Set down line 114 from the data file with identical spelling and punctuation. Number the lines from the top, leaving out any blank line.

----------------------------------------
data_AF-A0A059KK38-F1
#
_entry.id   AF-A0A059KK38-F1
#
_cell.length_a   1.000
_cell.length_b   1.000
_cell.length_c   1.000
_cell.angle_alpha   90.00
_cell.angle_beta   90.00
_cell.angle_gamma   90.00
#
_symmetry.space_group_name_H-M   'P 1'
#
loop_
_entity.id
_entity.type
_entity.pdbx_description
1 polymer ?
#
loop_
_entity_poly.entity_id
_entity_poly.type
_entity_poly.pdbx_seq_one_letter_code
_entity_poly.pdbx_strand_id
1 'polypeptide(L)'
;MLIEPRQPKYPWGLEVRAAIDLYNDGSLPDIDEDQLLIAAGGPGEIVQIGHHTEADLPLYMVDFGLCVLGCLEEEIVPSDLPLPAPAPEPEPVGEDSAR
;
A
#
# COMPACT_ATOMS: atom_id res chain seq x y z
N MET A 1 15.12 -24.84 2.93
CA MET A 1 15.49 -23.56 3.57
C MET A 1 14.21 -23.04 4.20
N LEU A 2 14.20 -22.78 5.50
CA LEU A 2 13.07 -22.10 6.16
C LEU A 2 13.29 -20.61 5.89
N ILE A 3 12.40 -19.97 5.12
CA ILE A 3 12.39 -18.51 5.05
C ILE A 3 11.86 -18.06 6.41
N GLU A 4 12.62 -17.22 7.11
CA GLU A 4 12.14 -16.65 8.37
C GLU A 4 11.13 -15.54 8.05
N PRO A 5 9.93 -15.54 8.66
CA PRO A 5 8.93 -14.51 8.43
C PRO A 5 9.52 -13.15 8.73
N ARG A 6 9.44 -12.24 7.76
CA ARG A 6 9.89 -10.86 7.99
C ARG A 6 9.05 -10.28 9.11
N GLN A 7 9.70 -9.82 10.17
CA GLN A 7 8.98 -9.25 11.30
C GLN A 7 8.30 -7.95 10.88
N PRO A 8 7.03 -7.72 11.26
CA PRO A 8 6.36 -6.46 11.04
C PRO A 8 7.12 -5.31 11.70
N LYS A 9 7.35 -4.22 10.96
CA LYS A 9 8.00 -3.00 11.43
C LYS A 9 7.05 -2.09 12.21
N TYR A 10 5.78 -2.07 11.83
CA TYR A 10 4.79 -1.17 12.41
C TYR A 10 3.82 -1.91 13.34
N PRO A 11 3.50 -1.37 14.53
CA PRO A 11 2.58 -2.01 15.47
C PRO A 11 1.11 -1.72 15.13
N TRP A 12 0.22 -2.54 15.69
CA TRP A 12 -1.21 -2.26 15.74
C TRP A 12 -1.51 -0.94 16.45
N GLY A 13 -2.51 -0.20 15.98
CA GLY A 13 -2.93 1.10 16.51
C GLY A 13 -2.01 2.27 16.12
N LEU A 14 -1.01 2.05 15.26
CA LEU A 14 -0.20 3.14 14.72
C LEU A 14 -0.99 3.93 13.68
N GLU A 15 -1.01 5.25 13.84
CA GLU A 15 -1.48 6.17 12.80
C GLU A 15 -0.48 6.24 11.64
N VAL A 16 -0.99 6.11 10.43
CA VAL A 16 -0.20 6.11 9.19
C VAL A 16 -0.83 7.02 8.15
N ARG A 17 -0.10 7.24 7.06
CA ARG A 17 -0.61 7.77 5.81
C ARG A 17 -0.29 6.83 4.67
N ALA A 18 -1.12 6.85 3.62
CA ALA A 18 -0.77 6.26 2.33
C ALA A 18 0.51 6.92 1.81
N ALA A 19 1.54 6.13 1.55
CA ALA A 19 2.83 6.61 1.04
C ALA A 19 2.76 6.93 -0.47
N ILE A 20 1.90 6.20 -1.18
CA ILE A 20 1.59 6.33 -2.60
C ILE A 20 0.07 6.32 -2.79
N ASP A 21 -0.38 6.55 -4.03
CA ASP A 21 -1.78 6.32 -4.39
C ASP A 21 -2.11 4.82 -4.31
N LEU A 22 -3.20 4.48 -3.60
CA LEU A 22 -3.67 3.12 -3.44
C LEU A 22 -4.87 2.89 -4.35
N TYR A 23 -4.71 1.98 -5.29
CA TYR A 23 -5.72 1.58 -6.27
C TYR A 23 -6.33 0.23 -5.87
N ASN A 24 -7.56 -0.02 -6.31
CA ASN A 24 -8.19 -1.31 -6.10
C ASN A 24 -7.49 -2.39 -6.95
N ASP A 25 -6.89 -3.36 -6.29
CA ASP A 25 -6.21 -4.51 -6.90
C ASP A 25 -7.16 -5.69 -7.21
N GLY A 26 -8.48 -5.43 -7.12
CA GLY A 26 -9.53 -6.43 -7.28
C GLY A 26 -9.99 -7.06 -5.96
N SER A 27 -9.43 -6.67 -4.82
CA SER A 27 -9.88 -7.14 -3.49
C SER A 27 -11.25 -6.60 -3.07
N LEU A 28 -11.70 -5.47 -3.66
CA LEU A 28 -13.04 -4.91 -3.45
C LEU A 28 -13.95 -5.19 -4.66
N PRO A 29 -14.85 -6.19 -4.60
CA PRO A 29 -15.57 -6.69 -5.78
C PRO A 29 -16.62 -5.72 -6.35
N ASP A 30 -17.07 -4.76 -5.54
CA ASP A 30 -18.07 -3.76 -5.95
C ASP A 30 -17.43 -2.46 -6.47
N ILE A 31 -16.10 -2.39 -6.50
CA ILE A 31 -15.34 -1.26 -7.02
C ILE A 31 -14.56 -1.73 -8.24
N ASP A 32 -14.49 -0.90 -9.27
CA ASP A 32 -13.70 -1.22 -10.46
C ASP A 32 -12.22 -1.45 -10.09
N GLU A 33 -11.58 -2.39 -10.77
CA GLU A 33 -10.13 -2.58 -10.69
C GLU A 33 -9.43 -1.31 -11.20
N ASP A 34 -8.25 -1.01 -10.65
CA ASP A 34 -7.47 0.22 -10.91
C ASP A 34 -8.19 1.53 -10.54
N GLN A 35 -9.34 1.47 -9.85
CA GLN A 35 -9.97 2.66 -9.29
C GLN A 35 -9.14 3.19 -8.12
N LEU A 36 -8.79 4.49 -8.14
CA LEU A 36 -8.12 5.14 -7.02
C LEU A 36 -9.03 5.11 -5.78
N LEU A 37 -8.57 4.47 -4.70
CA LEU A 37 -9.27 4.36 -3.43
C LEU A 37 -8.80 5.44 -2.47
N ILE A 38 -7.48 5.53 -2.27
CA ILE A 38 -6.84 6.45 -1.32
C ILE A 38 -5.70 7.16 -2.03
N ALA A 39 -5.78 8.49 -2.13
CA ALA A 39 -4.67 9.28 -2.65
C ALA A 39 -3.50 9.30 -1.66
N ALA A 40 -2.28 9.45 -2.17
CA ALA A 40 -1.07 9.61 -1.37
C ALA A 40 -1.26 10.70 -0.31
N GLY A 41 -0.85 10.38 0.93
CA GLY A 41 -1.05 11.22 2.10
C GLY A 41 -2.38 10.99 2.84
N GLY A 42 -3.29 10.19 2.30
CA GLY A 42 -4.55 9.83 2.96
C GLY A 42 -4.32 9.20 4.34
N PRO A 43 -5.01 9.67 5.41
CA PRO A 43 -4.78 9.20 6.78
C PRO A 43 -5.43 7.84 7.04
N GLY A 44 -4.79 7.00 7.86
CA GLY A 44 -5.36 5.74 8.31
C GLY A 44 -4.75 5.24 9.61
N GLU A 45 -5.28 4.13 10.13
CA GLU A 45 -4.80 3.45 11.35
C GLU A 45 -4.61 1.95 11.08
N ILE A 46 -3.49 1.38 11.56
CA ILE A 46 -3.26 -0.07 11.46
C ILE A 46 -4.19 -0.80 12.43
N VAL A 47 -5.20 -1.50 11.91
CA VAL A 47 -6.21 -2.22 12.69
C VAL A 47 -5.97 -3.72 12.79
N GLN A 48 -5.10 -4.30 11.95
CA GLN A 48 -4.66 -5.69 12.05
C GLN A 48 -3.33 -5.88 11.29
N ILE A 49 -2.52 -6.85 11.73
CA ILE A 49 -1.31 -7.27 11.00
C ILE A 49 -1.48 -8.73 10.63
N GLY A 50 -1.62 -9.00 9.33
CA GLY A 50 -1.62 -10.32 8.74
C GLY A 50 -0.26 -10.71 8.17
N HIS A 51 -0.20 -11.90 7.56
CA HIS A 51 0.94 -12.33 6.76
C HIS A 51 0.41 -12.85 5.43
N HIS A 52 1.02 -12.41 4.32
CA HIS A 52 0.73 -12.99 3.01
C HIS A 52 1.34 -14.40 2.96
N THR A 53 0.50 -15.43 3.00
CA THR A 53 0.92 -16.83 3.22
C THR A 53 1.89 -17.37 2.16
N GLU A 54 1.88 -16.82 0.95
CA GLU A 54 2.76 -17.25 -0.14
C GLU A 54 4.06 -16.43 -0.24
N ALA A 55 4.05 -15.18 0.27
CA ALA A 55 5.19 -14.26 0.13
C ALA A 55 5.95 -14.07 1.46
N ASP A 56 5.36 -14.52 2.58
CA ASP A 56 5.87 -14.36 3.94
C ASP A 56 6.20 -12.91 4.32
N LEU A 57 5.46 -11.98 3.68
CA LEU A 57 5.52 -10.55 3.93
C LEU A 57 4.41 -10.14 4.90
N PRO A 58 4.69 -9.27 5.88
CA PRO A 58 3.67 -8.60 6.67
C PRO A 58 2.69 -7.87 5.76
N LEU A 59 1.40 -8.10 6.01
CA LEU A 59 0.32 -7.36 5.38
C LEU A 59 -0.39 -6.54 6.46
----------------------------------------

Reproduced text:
C LEU A 28 -13.95 -5.19 -4.66